ISLE of Man-based Shoprite, whose deep-discounting invasion of

Scotland came to a catastrophic end last year, yesterday revealed that

the disposal of its UK food retailing operations to arch-rival Kwik Save

had cost it #15m.

Shoprite, whose shares dramatically collapsed from last February's

closing high of 241p and are currently trading at only 7p, does not

expect to meet its target of redeeming #15m worth of Preference shares

by the end of this year.

However, it hopes to make up the current shortfall of about #7m

through the disposal of non-core assets on the Isle of Man and in the


And joint managing director David Webster claimed there was no danger

of Shoprite going into receivership.

Shoprite's results for the 61 weeks to January 1 reveal a loss on

November's sale to Kwik Save of 117 deep-discounting stores and sites,

about 100 of them in Scotland, of #15m.

During the period, the Isle of Man group incurred an operating loss of

#8.74m on its UK discount retailing operations, after hefty refinancing

costs were taken into account.

After exceptionals, Shoprite made a pre-tax loss of #29.2m during the

61-week period, after a profit of #5.08m in the year to end-October

1993. Not surprisingly, it is paying no dividend.

Turnover from the UK food retailing business was actually higher, at

#190m. After adjusting for the effect of the extended accounting period,

Shoprite achieved modest sales growth in the Isle of Man.

However, turnover on the island was less than one-fifth of that in the

UK at #34.9m.

Kwik Save paid about #50m for its rival's entire UK retail business

and has been busy in recent weeks converting former Shoprite stores to

its own format.

Shoprite yesterday claimed that a lack of support from its bankers had

severely weakened its negotiating position when seeking potential

purchasers and directly impacted on the ultimate selling price.

The Nicholson family, which formed Shoprite more than two decades ago,

previously worked for Kwik Save.

The late Ken Nicholson, the father of Shoprite executive chairman

Deryck Nicholson and managing director Ian Nicholson, founded Kwik Save

with Albert Gubay prior to retiring to the Isle of Man as a result of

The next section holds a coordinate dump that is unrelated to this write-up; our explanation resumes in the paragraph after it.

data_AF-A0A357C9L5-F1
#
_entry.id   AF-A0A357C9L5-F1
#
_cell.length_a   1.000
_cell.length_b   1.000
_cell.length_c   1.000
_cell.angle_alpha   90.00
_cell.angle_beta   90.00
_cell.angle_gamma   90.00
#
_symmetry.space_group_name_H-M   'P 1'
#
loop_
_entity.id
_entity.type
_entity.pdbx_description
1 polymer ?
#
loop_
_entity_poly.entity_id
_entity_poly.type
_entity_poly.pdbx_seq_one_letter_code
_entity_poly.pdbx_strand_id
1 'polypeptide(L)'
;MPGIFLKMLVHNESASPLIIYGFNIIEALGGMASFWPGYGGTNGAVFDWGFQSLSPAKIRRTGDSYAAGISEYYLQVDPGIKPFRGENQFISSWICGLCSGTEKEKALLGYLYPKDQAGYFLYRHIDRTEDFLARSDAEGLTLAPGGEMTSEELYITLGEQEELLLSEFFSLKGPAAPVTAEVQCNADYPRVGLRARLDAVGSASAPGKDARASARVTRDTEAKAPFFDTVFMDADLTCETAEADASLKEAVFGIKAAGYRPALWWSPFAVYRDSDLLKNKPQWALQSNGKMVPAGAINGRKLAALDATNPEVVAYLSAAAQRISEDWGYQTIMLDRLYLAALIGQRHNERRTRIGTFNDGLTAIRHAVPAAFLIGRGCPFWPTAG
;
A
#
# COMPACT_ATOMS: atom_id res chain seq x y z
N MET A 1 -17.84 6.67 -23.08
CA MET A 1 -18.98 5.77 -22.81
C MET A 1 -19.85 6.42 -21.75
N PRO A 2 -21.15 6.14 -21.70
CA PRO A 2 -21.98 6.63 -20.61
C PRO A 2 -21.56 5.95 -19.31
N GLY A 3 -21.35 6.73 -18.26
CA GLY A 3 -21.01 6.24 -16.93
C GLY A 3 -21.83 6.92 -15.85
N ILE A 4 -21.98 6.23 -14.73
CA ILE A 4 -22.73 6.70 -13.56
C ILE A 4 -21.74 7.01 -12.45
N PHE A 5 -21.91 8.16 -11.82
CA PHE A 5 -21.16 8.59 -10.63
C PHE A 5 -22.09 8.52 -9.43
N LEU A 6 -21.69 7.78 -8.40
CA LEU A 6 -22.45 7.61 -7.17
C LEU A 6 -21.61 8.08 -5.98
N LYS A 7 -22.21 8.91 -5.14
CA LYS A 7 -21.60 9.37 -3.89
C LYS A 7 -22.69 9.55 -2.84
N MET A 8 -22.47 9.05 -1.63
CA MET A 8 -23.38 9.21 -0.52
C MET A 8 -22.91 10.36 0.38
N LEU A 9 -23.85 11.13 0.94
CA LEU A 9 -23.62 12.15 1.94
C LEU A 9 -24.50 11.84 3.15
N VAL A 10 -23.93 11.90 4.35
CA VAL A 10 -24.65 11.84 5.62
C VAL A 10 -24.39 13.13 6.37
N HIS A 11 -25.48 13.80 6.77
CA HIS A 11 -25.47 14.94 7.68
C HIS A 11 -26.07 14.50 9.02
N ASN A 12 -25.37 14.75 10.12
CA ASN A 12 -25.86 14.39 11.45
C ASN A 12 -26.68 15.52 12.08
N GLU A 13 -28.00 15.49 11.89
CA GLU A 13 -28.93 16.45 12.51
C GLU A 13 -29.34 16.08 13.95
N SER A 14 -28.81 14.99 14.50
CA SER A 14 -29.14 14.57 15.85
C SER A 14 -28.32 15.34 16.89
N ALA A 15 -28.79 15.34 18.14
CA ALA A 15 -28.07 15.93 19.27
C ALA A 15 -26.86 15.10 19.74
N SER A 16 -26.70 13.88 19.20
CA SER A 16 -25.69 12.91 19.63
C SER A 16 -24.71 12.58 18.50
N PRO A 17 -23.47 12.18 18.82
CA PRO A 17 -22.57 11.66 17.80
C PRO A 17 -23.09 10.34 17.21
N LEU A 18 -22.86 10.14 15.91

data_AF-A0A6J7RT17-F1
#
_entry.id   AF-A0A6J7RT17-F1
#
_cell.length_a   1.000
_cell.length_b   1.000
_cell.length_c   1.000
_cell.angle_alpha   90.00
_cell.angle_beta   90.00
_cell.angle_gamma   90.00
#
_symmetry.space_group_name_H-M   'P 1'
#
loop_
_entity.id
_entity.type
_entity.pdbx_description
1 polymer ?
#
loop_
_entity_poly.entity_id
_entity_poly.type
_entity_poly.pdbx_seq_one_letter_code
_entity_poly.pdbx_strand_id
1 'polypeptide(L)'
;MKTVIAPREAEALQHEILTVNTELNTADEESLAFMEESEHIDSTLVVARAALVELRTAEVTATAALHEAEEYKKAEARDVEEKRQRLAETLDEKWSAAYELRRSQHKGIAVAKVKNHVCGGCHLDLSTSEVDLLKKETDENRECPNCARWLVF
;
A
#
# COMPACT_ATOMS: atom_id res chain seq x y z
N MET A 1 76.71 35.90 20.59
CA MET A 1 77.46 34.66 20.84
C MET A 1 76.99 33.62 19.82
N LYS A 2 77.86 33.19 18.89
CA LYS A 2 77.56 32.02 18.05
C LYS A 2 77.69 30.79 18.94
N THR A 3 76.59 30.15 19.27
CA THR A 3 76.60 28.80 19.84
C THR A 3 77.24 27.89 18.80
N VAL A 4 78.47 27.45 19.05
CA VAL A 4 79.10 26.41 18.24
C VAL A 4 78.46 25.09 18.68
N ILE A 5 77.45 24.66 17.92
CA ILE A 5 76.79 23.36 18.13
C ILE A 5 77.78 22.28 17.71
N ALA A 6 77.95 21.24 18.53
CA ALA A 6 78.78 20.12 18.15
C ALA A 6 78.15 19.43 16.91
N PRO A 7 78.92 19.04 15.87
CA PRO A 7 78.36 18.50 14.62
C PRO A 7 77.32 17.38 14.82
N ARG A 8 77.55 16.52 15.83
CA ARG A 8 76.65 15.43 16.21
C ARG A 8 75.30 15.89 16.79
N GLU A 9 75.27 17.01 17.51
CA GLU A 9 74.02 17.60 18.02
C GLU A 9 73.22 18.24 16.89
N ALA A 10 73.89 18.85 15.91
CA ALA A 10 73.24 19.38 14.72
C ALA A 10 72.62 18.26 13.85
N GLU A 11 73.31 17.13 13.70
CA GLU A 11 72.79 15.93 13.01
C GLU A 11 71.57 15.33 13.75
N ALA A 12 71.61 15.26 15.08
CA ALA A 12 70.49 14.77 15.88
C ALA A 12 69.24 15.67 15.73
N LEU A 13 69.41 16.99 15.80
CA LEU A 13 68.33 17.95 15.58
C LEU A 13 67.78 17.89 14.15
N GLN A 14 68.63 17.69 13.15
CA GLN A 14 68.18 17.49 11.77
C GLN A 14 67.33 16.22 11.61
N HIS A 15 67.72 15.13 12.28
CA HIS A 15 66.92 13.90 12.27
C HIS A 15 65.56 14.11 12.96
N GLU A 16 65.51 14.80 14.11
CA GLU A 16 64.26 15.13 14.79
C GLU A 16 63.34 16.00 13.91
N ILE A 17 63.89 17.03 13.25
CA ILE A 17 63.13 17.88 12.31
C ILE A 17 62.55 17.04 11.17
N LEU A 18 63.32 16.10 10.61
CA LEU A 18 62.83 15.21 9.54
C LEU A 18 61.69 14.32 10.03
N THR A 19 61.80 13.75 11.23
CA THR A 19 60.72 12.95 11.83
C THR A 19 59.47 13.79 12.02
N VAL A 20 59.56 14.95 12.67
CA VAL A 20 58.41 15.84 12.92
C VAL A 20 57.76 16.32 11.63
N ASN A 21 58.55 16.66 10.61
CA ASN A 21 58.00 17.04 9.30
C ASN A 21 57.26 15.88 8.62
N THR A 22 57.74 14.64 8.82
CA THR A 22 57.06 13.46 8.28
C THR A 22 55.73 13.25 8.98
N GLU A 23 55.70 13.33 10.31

ill-health and forming a rival group. Deryck and Ian Nicholson also

worked for Kwik Save.

Shoprite, which has eight supermarkets, one retail wine warehouse and

a Mercedes-Benz dealership on the Isle of Man, is to slash its board to

a size more in keeping with the scale of its remaining operations.

Deryck and Ian Nicholson, who between them own a majority stake in

Shoprite, will continue in their present roles.

Mr Webster is one of five executive directors who will step down after

Shoprite's annual general meeting later this month, although he will

retain a general management role. Group chief accountant Martin Poole

will replace Michael Pridham as finance director.

Commenting on the shortfall relating to the redemption of Preference

shares, Mr Webster said Shoprite was in agreement with these

shareholders and was endeavouring to dispose of certain non-core assets.

The proposed disposals of a shopping centre and business and

residential development land on the Isle of Man, as well as four

properties in the UK, should supplement the #5m cash already put aside

and the remaining #3m due from Kwik Save as it concludes the takeover of

the former Shoprite stores.

Meanwhile, Shoprite blamed its UK demise on ''very aggressive

pricing'' of value ranges by major supermarket chains such as Tesco,

Safeway and Asda.

Shoprite will certainly not be inviting UK shoppers to overfill their

trollies and underspend their budgets for a long time, if ever.

The deal with Kwik Save freezes Shoprite out of Scotland, England and

Wales for five years.